“We migrated all of the data in, and backed it up,” said Petrone. “We worked with the Druva team to set up policies and it has been a very transparent journey with them.”
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One of the major benefits the firm has seen from deploying Druva’s technology is greater efficiency, as it has now managed to streamline the number of people that need to be hands-on across its various locations with helping to manage the company’s data.
“In the past, we would have had however many people monitoring these various solutions, or doing the best job they could with monitoring these solutions, because there were so many to keep track of,” he said.
“Now the biggest benefit to us is having that single interface, and a single version of the truth about what is going on within our data estate. And I have one person today that monitors the solution.
“Also, any sort of alerting that happens about a backup or something else not happening actually goes right into our service desk, so that our team can take action on it straightaway, rather than relying on an email alert being sent,” he said.
Furthermore, the much greater ease with which the company can now add the data accrued from any new acquisitions it has made to its backup repository is another huge plus point for the firm, said Petrone.
“Any acquisition that comes on board, we're able to effectively put them right into our solution on day one. If it works, the restoration of the data is a couple of clicks away, and we can restore it pretty quickly anytime we need to.”
Downsizing reliance on in-house datacentres
Since the project completed, the company has continued on its journey to the cloud, as part of a parallel drive within its business to downsize its reliance on its own in-house datacentres.
The company now has one datacentre, which is home to some of its endearing on-premise servers that will remain in operation for some time to come.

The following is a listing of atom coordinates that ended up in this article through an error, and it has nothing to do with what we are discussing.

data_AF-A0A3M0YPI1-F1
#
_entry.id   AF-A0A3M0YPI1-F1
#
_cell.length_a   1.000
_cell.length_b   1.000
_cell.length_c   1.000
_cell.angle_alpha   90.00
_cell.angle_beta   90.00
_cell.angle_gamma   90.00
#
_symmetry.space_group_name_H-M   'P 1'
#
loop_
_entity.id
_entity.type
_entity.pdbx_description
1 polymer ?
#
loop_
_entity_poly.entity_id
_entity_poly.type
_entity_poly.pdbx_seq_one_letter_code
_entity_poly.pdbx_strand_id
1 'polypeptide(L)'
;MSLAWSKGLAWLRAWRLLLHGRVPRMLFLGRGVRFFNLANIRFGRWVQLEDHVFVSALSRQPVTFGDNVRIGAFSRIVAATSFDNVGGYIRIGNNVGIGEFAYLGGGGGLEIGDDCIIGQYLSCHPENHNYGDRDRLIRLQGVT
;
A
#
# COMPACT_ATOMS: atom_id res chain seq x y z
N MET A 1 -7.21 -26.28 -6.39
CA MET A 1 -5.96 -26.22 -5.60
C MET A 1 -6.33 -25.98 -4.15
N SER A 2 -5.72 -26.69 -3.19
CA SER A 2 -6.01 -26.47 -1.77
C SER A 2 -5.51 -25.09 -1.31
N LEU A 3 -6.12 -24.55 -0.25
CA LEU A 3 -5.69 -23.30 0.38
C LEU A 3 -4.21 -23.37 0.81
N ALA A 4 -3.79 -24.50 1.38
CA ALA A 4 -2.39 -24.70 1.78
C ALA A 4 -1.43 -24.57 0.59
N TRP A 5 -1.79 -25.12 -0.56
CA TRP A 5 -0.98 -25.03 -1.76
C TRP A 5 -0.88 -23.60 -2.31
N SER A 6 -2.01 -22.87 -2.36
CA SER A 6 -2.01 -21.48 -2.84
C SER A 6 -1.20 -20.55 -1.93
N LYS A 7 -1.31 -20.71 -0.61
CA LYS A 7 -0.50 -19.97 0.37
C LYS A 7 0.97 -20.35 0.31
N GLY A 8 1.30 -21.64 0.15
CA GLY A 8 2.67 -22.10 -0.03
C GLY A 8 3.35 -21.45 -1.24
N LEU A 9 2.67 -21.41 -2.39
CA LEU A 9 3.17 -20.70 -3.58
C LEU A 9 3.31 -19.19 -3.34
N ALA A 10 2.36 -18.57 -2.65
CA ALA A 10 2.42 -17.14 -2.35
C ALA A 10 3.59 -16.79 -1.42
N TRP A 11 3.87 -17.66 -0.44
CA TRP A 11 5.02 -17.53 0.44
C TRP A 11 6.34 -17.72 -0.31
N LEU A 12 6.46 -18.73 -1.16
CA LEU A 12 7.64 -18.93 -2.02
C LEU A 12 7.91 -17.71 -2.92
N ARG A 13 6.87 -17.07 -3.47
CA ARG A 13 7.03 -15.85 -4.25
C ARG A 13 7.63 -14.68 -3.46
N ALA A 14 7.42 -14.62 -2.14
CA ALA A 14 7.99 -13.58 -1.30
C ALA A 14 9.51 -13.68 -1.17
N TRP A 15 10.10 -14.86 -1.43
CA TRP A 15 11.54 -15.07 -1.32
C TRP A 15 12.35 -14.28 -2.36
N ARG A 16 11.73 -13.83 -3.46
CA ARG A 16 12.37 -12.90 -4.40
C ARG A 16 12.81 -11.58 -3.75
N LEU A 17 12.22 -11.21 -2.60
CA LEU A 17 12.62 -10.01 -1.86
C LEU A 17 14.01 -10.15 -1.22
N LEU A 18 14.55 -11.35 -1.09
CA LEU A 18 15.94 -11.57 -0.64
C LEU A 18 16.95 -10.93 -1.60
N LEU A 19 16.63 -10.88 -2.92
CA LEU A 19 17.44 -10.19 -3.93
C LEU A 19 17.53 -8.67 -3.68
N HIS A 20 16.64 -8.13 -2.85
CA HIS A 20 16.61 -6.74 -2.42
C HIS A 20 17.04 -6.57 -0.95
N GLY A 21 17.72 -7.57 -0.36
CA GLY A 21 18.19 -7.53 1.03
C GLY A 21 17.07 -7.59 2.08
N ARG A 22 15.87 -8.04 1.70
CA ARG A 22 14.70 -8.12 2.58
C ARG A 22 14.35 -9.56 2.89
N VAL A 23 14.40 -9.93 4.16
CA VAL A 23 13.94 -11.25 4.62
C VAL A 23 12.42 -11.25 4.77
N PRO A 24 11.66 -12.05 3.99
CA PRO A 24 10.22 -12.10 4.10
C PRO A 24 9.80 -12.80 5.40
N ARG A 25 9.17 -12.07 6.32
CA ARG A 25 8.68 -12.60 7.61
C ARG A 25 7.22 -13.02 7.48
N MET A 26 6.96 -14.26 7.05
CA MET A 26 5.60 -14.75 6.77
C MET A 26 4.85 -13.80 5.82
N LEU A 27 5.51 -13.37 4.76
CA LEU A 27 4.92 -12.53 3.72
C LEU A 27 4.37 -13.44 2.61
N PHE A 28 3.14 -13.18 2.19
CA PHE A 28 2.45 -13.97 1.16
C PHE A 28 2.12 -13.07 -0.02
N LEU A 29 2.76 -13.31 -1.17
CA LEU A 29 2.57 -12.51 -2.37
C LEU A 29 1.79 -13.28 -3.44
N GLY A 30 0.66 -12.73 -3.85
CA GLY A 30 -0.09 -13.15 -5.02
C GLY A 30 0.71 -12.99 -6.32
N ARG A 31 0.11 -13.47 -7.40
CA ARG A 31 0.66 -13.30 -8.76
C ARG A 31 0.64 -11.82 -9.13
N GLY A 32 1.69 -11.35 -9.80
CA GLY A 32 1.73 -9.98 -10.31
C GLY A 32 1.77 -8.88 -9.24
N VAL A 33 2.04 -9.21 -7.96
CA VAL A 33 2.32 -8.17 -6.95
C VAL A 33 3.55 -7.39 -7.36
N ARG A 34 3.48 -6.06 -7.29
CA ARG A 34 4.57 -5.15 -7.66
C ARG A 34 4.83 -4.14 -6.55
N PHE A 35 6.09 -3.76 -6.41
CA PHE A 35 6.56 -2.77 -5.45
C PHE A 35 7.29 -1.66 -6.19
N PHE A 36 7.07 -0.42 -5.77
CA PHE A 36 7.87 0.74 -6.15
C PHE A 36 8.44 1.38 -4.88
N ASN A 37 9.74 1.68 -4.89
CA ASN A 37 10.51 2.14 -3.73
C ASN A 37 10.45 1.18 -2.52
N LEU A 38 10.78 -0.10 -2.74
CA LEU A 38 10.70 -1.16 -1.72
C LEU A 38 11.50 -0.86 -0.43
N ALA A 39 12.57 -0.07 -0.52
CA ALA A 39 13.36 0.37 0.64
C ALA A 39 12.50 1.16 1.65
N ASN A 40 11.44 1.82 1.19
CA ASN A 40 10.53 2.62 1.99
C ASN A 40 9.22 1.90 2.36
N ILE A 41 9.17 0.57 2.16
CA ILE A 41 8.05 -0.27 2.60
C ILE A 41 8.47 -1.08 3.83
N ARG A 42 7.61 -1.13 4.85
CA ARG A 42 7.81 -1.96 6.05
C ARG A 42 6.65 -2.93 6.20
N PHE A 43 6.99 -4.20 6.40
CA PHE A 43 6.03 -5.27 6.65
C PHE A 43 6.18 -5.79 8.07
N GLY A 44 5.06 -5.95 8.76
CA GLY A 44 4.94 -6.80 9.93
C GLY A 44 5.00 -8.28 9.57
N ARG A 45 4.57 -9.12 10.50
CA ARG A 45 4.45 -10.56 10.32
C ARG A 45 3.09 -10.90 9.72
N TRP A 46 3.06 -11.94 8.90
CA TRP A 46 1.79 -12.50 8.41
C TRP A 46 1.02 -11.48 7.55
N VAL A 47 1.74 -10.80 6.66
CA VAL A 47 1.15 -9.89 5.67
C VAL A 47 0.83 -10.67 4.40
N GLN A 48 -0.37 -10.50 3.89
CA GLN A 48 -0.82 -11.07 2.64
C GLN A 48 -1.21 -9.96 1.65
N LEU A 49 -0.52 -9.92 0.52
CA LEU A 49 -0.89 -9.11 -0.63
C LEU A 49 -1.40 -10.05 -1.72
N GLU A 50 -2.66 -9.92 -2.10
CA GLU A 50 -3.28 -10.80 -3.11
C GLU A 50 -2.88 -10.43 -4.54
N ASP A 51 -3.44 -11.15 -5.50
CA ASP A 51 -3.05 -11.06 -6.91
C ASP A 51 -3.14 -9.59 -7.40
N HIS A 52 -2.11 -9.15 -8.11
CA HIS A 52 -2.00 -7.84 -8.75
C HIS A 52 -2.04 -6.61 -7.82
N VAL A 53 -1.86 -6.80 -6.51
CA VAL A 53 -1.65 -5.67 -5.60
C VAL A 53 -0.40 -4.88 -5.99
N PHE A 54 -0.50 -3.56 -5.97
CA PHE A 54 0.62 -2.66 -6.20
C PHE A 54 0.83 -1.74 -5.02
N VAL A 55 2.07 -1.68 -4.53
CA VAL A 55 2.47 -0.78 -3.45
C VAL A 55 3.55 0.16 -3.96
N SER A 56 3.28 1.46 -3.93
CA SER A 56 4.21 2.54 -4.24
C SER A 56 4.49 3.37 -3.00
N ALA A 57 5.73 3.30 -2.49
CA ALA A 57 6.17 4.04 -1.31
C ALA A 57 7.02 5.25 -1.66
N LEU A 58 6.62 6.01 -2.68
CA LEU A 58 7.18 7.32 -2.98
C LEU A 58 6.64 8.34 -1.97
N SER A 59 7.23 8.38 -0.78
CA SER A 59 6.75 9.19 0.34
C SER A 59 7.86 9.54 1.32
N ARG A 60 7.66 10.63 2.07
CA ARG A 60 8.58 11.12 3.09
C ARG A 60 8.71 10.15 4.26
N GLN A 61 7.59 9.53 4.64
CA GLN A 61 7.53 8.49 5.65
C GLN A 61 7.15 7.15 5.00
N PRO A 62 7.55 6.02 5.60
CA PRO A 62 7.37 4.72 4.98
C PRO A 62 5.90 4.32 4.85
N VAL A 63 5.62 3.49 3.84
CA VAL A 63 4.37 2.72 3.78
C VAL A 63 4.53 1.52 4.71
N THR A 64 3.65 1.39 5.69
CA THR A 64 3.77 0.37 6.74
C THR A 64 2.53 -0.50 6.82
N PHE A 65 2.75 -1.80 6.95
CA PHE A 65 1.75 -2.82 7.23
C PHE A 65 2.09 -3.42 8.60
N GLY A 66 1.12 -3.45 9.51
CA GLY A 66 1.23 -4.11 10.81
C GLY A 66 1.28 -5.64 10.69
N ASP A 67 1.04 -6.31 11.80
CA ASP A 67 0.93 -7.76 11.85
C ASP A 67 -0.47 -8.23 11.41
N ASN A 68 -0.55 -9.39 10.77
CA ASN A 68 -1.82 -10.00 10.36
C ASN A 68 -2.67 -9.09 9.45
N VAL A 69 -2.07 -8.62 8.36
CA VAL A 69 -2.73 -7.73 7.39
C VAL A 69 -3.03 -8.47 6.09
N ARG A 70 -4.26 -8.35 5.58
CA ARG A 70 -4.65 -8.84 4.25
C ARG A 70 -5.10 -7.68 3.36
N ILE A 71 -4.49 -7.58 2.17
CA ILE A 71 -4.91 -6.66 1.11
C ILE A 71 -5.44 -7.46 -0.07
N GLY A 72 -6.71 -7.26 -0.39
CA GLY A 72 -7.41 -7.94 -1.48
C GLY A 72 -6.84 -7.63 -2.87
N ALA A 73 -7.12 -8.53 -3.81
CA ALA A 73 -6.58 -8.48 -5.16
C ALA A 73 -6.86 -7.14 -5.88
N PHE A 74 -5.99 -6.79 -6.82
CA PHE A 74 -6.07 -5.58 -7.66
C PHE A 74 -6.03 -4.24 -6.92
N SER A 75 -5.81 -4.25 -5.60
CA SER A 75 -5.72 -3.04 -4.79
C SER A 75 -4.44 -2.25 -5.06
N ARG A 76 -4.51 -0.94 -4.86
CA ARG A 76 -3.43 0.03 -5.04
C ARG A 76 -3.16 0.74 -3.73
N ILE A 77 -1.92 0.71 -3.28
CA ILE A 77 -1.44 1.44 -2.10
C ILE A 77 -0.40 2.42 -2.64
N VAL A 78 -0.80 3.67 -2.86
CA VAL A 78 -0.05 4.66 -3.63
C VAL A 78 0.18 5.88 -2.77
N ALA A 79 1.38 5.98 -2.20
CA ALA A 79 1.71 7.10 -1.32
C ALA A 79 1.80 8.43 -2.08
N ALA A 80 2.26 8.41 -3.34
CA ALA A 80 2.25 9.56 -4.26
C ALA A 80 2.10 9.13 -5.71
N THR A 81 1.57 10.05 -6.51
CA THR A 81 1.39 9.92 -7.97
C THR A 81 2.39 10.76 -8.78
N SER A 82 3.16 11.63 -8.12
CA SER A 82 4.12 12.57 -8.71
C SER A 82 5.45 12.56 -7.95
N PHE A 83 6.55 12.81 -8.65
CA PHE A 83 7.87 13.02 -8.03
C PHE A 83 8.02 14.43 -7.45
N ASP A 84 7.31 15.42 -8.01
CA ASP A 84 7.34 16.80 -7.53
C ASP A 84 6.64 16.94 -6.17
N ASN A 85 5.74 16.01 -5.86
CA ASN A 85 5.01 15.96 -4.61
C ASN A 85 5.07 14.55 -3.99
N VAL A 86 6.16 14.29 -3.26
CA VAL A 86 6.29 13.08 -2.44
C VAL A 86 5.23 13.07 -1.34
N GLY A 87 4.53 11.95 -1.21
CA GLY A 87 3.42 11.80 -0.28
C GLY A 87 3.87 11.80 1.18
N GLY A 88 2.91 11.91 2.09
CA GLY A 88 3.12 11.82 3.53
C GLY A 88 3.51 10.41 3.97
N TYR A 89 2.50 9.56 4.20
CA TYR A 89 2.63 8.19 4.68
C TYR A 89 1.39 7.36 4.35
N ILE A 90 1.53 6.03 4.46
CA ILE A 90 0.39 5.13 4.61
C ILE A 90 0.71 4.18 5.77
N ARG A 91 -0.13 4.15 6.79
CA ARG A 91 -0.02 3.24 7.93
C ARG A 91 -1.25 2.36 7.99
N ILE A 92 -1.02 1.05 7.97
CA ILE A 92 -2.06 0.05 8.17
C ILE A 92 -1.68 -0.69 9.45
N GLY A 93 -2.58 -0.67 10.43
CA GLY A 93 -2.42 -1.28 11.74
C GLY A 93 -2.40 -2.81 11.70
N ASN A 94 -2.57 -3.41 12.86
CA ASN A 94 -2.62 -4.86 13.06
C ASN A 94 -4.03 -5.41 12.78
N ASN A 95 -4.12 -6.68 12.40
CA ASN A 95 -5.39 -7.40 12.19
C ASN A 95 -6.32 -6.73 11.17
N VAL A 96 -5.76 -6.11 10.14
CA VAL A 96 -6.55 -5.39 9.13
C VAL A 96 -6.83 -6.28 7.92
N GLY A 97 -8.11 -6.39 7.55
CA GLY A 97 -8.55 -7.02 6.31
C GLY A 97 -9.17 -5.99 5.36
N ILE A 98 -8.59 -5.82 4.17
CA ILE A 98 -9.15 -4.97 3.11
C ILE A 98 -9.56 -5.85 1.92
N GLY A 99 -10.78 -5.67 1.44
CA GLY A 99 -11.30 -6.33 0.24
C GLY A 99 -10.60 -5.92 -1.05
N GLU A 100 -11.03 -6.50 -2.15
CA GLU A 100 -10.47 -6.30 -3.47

“While we are a cloud first company, we have a hybrid strategy. We still have physical servers, wherever they're needed. For example, in situations where large files need to be accessed quickly.”
Petrone is quick to acknowledge the data management challenges that TRC Companies was coming up against are unique to the type of company it is and how it operates.
However, his top tip for anyone else embarking on a similar data backup project is to take the time beforehand to clean up the datasets that need to be saved.
“My advice for anyone going forward is to make sure you have a good solid data strategy and make sure your data is cleaned up before you effectively go forward in any type of solution because any backup solution you use is going to give back what you put in. So, a trash in, trash out kind of thing,” he said.
“In our case, we inherited a lot of data. Some of its good, some of it bad, and some of it is people just didn’t want to get rid of. But what we did, along with that project, is try to clean up as best we could, but if we were walking into it on day one today, and I was going to give anybody advice, I would say get the data cleaned up, and make sure you have a good data strategy before you deploy any data backup solution.”